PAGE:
One of a collection of articles on the class of 2005, published in their fifth reunion year.
After graduating, Kimberly Bowers served as an undergraduate admission counselor at the University for eight months and then moved to Northern Virginia to work as a fundraiser for Harris Miller in his unsuccessful campaign for the Democratic nomination for U.S. Senate. Bowers later served as deputy finance director for the O'Malley-Brown campaign in Maryland, which resulted in the election of Martin O'Malley as governor and Anthony Brown as lieutenant governor.
In 2007, former Secretary of the Commonwealth Kate Hanley called Bowers to offer her a position as director of gubernatorial appointments for Virginia Gov. Tim Kaine. Bowers first worked for Kaine as a finance intern while he was lieutenant governor and she was a Richmond student. As the director of gubernatorial appointments, she solicited and assessed candidates for appointments to policy, supervisory and advisory boards, commissions and councils in state government. She presented candidates to Kaine, who then appointed people to boards throughout the Commonwealth. In April 2009, she became major gifts officer for the University of Richmond School of Law.
Bowers has a bachelor’s degree in political science with a minor in leadership studies. She is pursuing a master's degree in public administration at Virginia Commonwealth University. Bowers is active in the Richmond community and serves on the Center Stage Associates Board and the Venture Richmond marketing committee. She is a member of Alpha Kappa Alpha Sorority, Inc.
As you reflect back on your time as an undergraduate, what experiences stand out for you now?
The experiences that stand out for me are the opportunities that I had to really shape my education. At Richmond, we take so much for granted regarding the voice that the university allows our students to have. As a student, I found myself able to really take on the path that I wanted to take in my class selection, the organizations that I joined and the events I took part in.
What was your favorite aspect of being a Richmond or Jepson student?
My favorite aspect of being a Jepson student stems from the very different environment and structure of a Jepson class. It was the first time I had been in an environment where I was really challenged to ask good questions and felt that my contribution to the class really mattered. As students we set the tone for discussions and each course I took helped me to shape a great overview of the larger context of leadership. My favorite course was Service to Society with Nancy Stutts (now called Justice and Civil Society). It was in this course that I was exposed to Greenleaf and the concept of servant leadership along with inspiring readings such as “Amazing Grace” and “Nickel and Dimed.” This course allowed me to really channel my passion for public service.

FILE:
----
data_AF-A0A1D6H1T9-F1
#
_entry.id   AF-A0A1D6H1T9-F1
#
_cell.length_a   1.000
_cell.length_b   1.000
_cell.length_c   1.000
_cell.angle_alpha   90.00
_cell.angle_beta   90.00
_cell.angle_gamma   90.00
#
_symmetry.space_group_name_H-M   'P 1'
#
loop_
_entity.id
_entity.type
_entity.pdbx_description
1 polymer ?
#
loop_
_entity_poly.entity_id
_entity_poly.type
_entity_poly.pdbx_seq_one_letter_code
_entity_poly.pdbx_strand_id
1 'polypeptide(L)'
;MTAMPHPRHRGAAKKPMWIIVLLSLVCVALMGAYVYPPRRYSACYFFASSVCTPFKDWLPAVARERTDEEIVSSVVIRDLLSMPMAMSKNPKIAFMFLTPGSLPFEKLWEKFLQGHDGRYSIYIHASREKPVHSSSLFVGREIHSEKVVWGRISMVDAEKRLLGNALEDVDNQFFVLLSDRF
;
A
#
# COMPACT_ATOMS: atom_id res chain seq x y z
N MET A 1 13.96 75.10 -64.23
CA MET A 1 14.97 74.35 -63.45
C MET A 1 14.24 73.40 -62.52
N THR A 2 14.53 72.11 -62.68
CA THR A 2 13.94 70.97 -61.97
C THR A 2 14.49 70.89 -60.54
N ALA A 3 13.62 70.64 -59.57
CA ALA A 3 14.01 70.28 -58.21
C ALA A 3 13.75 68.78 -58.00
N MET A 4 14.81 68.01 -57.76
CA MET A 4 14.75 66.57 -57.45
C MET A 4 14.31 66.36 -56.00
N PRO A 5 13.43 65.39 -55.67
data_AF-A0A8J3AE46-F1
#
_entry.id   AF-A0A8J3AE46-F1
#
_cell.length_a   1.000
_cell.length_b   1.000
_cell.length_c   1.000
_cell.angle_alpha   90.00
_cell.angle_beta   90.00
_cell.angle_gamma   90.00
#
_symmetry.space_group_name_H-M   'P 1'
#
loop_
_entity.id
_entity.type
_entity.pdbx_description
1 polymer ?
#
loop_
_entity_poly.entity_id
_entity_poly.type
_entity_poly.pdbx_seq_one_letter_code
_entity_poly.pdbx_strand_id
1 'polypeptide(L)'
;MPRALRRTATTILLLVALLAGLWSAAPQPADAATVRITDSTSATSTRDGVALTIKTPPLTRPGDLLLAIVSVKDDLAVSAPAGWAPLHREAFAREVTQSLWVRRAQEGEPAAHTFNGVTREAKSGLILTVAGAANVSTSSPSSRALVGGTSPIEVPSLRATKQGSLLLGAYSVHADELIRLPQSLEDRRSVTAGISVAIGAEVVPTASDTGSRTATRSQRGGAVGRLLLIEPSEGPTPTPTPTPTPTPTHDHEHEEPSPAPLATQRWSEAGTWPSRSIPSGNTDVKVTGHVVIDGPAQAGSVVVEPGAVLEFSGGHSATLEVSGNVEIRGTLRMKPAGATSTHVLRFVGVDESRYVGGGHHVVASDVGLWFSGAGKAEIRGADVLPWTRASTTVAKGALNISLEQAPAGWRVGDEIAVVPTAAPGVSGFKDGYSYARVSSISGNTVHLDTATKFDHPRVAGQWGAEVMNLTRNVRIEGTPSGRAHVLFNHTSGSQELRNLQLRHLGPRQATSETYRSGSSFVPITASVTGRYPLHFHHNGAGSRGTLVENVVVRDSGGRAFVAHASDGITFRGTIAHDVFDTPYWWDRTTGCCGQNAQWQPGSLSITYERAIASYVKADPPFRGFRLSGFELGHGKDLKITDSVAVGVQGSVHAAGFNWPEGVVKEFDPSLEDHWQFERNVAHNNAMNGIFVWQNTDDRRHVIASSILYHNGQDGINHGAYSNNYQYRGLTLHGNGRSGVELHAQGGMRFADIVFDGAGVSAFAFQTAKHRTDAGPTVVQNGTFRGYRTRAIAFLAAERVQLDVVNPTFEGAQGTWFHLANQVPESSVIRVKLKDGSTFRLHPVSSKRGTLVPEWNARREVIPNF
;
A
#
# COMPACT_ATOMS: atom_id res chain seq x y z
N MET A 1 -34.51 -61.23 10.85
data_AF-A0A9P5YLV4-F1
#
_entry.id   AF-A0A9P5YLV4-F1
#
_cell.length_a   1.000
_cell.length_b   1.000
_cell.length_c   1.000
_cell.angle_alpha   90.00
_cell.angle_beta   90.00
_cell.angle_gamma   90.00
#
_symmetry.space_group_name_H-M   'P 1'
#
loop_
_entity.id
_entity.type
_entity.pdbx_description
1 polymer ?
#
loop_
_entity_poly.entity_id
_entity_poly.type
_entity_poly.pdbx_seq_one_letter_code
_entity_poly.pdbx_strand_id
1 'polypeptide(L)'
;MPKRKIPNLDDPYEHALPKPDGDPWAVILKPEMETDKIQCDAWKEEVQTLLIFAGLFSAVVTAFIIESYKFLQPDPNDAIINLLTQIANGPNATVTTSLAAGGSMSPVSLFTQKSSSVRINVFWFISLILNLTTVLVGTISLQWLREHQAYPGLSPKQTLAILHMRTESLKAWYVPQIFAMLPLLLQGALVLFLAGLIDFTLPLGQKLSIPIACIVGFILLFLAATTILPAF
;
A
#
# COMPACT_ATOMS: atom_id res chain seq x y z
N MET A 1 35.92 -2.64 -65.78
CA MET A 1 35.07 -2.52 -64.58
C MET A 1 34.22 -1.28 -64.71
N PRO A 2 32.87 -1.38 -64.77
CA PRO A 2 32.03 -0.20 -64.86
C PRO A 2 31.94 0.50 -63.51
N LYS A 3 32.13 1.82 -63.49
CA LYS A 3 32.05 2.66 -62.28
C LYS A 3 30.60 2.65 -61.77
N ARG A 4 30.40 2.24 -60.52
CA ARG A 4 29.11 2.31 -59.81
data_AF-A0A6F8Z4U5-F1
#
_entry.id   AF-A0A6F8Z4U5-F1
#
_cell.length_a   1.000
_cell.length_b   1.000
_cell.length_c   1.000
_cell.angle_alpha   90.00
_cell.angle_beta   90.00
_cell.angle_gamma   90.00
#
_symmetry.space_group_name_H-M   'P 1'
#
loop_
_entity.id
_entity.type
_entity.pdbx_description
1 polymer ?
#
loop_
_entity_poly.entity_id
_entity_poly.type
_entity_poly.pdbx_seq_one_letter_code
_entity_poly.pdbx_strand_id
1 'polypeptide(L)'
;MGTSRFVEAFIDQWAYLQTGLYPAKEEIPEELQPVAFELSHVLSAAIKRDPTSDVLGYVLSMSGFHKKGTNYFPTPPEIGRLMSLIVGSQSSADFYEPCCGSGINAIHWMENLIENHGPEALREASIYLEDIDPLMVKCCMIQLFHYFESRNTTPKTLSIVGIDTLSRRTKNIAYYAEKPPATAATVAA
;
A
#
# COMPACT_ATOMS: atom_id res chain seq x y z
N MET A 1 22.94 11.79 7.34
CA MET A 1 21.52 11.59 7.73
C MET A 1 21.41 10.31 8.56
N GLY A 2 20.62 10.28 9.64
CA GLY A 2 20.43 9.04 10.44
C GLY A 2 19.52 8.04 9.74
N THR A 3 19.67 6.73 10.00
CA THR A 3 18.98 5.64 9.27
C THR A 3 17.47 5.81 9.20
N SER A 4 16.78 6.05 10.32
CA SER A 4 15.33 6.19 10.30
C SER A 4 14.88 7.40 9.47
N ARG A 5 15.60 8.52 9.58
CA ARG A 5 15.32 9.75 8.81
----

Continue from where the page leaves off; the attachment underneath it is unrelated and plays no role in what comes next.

How has your academic major/minor influenced and shaped your personal, civic or professional life?
As I reflect back, I have used leadership studies in all areas of life. From lessons learned in group dynamics and ethics, I have felt better equipped to not only recognize certain situations from my leadership courses but also have applied theory to practice in my role in both politics and government and now in higher education.
What advice would you give students who are graduating this year about how to prepare for life after college and to make good choices for their future?
Don’t lose sight of yourself and what you are passionate about. Also, more importantly don’t stress about your first job! It will probably not be your last but it is a stepping stone to give you working experience. You are well equipped with a great education. Richmond has prepared you to think critically so make sure you are stimulating your mind with what you are doing. If not, keep the job until you figure out what will and go for it!
When you graduated, were you one of those students with a plan in mind for your life? If so, how did all that work for you and what lessons have you learned?
When I graduated, I didn’t know what I wanted to do but I knew what I didn’t want to do. I realize that this was more important and helped me to have a much more open search for the job for me. I also realized that because of my active involvement while in school that I did not want to be bored nor feel like I wasn’t contributing to the organization that I worked for. I have enjoyed all of my work experiences and took away so much from each of the diverse experiences I’ve had from higher education, to campaigns, to government…and now back to higher education.
Where do you imagine yourself five years from now?
It’s still incredibly hard to believe that five years ago I was a student and hadn’t even embarked upon the real world. Five years later I have grown tremendously as a person and as a professional. There have been challenges along the way so to be able to reflect back and think of nothing but positive experiences is a good feeling. I’m not sure where I see myself five years from now, but I hope to continue to be able to contribute to society in a meaningful way as an active and engaged citizen.